So then, back up the hill! Pushing low gears, often below 5 mph, grind, grind, grind. The chain was starting to squeak and shifting was getting less crisp; in retrospect, a bit of WD40 or something like it would have been a great idea. Calves both cramped; stretched them on the bike, pedaled a bit differently, they let up on my sort of. Then I bonked.

Within about three pedal strokes the strength just went out of me. It was very weird. What happened, I think, is that I had gotten lazy about drinking enough on the downhill part of the ride. Going back uphill, in better weather, I got too hot and dry. I stopped, sucked down fluids, and removed the impermeable coat, the arm and leg warmers, and the vest. They all got stuffed under the bungie cords on the Camelback. I unzipped what I could. Strength came back gratifyingly quickly with enough fluids, and I did not repeat that mistake.

Somewhere around seventy miles, my right inner thigh cramped up but good. Sucked big time, I can tell you. That was probably the point that I was most tempted to bag it, but I had listened to Dave Ramsey describe how he trained for a marathon. He said that marathoners have what they call "Hitting the wall" when you really want to quit, usually at twenty miles or so. He said to be prepared for it so it won't surprise you. I stopped, massaged my leg, sucked down a bunch more HEED, and tortoised my way up the hill.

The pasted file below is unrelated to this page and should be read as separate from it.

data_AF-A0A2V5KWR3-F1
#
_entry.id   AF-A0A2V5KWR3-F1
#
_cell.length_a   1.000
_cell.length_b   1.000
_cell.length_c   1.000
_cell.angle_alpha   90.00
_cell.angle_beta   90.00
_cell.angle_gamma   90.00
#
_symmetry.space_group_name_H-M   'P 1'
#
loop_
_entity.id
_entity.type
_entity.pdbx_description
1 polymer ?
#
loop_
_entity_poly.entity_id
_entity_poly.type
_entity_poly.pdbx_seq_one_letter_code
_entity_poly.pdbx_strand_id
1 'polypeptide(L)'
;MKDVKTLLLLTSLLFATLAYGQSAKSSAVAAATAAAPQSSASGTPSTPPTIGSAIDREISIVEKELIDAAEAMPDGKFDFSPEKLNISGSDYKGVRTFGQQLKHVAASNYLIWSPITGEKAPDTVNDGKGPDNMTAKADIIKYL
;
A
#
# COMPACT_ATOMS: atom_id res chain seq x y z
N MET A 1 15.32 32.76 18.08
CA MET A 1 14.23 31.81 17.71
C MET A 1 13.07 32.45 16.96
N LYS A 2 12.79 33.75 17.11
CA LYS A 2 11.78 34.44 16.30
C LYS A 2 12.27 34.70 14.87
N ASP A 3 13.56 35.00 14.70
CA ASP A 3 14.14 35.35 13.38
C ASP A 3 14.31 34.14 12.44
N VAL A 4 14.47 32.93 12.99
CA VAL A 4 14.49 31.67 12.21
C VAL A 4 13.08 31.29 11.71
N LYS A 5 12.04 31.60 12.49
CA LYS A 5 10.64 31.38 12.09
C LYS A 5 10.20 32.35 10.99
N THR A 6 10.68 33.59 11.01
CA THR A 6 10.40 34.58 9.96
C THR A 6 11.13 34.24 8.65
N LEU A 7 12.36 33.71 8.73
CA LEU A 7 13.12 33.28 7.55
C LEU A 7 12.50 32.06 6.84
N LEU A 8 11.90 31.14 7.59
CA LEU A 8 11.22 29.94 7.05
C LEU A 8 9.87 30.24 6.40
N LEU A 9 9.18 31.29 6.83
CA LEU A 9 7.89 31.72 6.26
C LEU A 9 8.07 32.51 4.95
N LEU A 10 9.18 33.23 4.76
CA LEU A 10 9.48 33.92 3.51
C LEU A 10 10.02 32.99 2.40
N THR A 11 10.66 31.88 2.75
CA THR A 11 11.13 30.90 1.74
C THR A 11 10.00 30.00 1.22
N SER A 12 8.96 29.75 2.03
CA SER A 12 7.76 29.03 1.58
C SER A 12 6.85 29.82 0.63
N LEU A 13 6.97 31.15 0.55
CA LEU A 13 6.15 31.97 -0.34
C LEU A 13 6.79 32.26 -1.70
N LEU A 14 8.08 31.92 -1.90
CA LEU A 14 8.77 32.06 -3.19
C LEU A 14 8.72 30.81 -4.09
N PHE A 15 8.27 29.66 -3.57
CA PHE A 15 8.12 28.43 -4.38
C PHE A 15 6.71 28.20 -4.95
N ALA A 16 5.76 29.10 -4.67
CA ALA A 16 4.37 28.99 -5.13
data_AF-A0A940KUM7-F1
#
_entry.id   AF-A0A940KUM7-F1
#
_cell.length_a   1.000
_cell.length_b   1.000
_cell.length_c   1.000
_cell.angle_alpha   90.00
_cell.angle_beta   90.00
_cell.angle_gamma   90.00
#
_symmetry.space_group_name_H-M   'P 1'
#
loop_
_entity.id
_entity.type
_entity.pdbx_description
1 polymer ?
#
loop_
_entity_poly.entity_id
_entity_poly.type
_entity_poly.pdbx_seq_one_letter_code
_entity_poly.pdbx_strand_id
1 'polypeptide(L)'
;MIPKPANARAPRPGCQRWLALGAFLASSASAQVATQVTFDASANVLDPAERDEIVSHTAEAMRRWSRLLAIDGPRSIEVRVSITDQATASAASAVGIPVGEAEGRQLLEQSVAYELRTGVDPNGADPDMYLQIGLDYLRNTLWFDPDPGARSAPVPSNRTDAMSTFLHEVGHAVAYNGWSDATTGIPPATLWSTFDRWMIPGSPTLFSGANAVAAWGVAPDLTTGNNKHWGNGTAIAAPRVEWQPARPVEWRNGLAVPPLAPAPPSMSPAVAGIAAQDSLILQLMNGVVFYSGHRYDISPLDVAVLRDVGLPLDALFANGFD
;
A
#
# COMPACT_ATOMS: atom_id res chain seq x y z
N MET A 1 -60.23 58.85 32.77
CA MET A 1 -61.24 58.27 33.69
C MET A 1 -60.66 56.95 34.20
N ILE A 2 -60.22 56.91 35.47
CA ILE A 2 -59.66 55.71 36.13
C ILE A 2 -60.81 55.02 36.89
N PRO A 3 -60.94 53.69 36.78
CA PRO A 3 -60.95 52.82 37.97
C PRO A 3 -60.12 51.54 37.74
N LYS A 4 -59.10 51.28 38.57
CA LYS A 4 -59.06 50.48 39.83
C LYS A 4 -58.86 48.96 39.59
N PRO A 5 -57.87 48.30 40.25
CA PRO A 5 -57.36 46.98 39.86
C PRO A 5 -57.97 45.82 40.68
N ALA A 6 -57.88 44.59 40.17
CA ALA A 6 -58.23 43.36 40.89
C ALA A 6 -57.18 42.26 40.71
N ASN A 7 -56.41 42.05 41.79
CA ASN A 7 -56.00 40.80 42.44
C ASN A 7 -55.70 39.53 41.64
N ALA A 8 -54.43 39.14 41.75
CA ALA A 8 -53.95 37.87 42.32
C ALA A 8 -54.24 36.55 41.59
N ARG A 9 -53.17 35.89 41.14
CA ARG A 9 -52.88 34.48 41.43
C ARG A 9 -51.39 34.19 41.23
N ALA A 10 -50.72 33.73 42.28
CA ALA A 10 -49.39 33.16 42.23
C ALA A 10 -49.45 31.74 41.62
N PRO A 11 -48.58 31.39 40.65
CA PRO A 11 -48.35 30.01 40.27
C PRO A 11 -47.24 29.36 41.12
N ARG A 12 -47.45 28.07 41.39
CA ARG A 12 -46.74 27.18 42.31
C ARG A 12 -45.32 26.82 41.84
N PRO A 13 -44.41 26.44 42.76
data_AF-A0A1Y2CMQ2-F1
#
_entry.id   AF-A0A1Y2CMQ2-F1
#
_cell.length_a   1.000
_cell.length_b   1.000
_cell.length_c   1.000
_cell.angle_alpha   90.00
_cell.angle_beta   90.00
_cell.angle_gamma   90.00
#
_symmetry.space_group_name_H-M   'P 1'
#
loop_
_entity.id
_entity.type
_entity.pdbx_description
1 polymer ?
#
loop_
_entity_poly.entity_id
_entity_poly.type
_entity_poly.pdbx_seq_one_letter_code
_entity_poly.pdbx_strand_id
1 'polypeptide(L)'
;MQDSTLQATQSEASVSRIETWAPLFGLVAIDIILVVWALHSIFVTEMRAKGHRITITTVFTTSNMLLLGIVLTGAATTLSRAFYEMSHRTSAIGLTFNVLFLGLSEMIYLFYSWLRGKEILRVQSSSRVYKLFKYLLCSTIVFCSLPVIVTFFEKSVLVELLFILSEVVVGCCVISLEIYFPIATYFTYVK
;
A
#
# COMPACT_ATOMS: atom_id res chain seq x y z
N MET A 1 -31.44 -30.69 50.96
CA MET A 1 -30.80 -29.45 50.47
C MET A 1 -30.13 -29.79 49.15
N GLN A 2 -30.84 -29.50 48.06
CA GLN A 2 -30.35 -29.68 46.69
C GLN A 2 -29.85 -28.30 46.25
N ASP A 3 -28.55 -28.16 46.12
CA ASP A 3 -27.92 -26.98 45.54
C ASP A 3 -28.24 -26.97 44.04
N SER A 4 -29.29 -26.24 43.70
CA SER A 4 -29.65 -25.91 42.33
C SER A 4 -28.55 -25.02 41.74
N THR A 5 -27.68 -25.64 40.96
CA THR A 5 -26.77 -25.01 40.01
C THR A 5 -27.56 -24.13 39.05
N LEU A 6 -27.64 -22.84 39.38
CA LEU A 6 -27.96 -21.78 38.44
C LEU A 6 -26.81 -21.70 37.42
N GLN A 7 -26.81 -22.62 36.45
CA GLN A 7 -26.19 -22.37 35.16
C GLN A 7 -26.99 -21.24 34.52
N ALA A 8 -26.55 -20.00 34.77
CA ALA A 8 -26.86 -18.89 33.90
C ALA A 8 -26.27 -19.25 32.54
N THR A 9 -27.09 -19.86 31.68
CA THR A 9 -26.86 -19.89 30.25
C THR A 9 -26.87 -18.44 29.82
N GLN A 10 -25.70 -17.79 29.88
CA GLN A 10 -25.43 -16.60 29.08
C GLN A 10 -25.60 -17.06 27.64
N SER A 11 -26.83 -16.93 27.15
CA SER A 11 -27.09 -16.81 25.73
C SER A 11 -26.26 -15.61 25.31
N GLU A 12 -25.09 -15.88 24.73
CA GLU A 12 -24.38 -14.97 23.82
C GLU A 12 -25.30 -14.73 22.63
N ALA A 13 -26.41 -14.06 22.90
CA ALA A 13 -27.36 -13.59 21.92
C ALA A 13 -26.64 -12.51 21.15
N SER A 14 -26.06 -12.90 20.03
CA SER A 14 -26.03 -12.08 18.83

At the last rest stop, the clouds had returned. They were really ready to close up. I refilled everything and rode on.

Then at around 82 miles, I saw a bright FLASH, counted to six before the BOOM. Ok, over a mile. Crank, crank, crank. At 83 miles, just five miserable miles short of the pass, there was another FLASH. One thousand, two thousand, three thous...BOOM. Half a mile, not good, approaching a big open park with no trees at the pass. So I called it, waved down a SAG truck and rode in to town. Just in case I was rethinking this obviously wise decision, just as I got in the truck there was one of those FlashBOOM's that mean the storm is right on top of you.

83 miles the Might Tortoise cranked out on his First Century. A new personal record for miles, beating the old 75 mile training ride on the flats. Many thousand feet of climbing. Wonderful people along the way, great support, a beautiful ride. And I feel quite proud for having braved the elements.

This experience hammered home the value of a goal. During the summer I found myself exercising instead of being a slug, knowing the Stonewall Century was coming. I'm so much stronger, happier, enjoying life because my son-in-law decided to do a Marathon and the "old man" decided he wasn't so old after all.

So what about next summer? Stonewall Century again, or Triple Bypass (the 120 miler with three 11,000 foot passes?) Who knows? But I'll be on my Trek Madone Bike for sure.